Ending, Running out
7/29 - What's Next
|Jordan Gonen||Jul 29, 2019|
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Articles to Read.
In high school, I sat around playing hearts with the same four guys about five days a week. In four years, we probably racked up 700 group hangouts. Now, scattered around the country with totally different lives and schedules, the five of us are in the same room at the same time probably 10 days each decade. The group is in its final 7%.
It’s a similar story with my two sisters. After living in a house with them for 10 and 13 years respectively, I now live across the country from both of them and spend maybe 15 days with each of them a year. Hopefully, that leaves us with about 15% of our total hangout time left.
Quality time matters. If you’re in your last 10% of time with someone you love, keep that fact in the front of your mind when you’re with them and treat that time as what it actually is: precious.
Secular congregations such as Sunday Assembly and Oasis—a similar group started in 2012—seek to offer a solution. Both were founded by faithless seekers hoping to carry on certain aspects of religious life: the community, the moral deliberation, and the rich sense of wonder.
If the sudden emergence of secular communities speaks to a desire for human connection and a deeper sense of meaning, their subsequent decline shows the difficulty of making people feel part of something bigger than themselves. One thing has become clear: The yearning for belonging is not enough, in itself, to create a sense of home.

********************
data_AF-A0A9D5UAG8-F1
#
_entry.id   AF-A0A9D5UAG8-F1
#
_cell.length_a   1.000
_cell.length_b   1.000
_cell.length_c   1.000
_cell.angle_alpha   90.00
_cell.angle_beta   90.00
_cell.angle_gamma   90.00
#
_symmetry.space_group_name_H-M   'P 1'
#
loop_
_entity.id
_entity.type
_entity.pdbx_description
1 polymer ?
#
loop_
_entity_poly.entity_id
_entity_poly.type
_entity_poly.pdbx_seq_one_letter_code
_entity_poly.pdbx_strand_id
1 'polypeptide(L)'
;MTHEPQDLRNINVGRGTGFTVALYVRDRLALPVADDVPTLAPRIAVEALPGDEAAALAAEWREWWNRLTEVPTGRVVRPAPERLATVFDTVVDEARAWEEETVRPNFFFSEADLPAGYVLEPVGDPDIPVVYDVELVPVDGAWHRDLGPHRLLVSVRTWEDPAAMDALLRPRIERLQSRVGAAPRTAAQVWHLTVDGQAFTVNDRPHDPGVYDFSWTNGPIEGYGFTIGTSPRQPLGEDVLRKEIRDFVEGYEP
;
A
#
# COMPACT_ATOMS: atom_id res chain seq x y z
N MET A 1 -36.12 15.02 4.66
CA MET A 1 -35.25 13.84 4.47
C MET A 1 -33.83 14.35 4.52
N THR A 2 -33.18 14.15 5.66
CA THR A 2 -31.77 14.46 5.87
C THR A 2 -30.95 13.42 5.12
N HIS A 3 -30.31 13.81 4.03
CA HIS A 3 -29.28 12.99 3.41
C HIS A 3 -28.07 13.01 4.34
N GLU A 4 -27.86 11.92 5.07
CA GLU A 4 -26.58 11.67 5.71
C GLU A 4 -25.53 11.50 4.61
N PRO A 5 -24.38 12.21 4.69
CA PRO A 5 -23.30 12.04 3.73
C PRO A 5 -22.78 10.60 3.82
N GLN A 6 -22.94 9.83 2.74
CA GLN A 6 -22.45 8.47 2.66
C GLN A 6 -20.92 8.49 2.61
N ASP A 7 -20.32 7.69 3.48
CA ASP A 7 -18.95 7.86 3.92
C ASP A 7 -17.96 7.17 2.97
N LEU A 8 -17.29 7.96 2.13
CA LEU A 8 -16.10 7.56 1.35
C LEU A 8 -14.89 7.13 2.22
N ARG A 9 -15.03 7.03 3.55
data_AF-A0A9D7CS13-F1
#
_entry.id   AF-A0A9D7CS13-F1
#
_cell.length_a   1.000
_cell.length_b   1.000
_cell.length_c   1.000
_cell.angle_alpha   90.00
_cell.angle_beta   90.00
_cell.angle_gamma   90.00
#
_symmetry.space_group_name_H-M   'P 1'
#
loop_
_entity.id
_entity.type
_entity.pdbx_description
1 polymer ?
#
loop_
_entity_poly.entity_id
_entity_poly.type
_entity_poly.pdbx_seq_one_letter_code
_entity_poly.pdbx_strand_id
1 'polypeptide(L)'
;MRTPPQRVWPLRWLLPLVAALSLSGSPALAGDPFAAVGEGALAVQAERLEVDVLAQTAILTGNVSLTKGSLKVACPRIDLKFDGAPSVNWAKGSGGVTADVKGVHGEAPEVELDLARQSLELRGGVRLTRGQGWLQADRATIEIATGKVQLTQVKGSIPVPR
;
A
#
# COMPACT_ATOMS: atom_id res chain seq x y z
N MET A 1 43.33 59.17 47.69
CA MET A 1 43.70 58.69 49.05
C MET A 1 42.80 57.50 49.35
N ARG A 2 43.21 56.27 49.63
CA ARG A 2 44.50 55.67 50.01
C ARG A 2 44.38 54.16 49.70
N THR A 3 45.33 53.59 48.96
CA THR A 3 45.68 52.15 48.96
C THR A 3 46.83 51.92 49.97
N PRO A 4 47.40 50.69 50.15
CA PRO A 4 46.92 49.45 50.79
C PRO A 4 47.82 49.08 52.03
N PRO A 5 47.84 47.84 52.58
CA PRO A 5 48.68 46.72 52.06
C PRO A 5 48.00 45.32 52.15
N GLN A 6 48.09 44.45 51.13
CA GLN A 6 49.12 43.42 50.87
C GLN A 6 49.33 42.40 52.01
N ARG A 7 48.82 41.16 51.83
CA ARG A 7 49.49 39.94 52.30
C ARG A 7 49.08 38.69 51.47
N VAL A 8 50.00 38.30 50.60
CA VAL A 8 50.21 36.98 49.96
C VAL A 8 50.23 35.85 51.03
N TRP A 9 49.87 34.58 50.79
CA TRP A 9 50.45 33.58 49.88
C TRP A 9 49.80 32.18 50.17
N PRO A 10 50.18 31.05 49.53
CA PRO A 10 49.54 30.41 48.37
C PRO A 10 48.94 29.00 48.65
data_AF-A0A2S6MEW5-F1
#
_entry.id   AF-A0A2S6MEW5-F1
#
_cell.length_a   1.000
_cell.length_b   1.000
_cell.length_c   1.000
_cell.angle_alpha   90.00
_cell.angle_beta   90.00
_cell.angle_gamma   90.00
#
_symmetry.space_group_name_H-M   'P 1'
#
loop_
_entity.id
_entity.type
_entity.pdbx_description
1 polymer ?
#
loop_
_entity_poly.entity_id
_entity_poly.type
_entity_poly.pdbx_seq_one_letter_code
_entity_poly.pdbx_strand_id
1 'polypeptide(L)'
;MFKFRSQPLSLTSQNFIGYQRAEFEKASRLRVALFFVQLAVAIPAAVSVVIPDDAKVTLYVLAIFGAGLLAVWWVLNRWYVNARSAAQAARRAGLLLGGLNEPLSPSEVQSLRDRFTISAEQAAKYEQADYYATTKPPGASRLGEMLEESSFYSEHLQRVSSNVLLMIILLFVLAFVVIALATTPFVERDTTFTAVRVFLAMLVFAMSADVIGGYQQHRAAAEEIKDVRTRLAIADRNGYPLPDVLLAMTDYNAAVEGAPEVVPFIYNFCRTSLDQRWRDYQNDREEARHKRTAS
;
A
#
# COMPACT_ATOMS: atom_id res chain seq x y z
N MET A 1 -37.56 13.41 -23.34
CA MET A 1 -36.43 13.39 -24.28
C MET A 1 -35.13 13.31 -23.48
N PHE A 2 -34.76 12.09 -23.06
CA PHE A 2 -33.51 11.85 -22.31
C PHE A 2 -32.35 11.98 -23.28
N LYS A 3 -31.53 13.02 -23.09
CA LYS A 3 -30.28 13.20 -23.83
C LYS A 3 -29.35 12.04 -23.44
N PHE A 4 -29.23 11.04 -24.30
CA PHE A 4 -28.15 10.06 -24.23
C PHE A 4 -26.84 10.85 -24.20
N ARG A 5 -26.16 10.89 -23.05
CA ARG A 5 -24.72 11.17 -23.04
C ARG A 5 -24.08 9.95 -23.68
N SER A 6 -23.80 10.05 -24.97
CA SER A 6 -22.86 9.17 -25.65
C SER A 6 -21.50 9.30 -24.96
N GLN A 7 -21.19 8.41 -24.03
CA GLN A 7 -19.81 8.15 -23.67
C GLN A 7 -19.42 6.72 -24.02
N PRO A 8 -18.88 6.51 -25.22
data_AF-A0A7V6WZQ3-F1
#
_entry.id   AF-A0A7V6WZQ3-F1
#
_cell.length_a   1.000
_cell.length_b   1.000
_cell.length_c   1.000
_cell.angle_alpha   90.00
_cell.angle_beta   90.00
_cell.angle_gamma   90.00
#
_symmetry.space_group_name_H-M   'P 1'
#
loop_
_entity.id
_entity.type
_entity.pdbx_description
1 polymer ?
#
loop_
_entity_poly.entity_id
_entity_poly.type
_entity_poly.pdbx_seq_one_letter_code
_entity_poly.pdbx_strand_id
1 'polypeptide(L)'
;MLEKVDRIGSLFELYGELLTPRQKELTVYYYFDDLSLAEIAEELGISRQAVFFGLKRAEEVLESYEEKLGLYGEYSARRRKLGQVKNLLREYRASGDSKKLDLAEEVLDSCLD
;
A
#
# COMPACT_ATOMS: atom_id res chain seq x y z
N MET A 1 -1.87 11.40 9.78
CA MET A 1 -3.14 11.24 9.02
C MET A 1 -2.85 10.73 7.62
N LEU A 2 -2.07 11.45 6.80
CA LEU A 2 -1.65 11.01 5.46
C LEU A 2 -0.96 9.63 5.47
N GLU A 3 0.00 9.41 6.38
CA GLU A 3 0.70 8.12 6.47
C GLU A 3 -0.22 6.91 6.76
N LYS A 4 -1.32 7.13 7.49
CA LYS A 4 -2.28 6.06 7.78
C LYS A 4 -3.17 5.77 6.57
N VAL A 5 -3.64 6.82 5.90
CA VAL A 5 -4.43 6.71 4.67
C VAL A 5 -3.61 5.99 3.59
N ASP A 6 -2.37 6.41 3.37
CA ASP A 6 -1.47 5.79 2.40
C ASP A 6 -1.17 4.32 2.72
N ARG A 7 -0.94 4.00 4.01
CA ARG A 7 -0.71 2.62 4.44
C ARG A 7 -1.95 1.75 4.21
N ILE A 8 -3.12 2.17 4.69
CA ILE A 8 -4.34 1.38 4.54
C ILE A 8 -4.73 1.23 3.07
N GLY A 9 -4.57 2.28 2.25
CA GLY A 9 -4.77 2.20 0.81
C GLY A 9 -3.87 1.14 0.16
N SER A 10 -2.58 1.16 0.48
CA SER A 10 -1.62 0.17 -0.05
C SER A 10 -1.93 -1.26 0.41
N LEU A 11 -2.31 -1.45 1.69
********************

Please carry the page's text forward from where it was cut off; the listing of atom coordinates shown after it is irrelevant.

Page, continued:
To those convinced that a secretive cabal controls the world, the usual suspects are Illuminati, Lizard People, or “globalists.” They are wrong, naturally. There is no secret society shaping every major decision and determining the direction of human history. There is, however, McKinsey & Company.
I came into my job as a McKinsey consultant hoping to change the world from the inside, believing that the best way to make progress is through influencing those who control the levers of power. Instead of being a force for good, I found myself party to the most damaging forces affecting the world: the resurgence of authoritarianism and the continued creep of markets into all parts of life.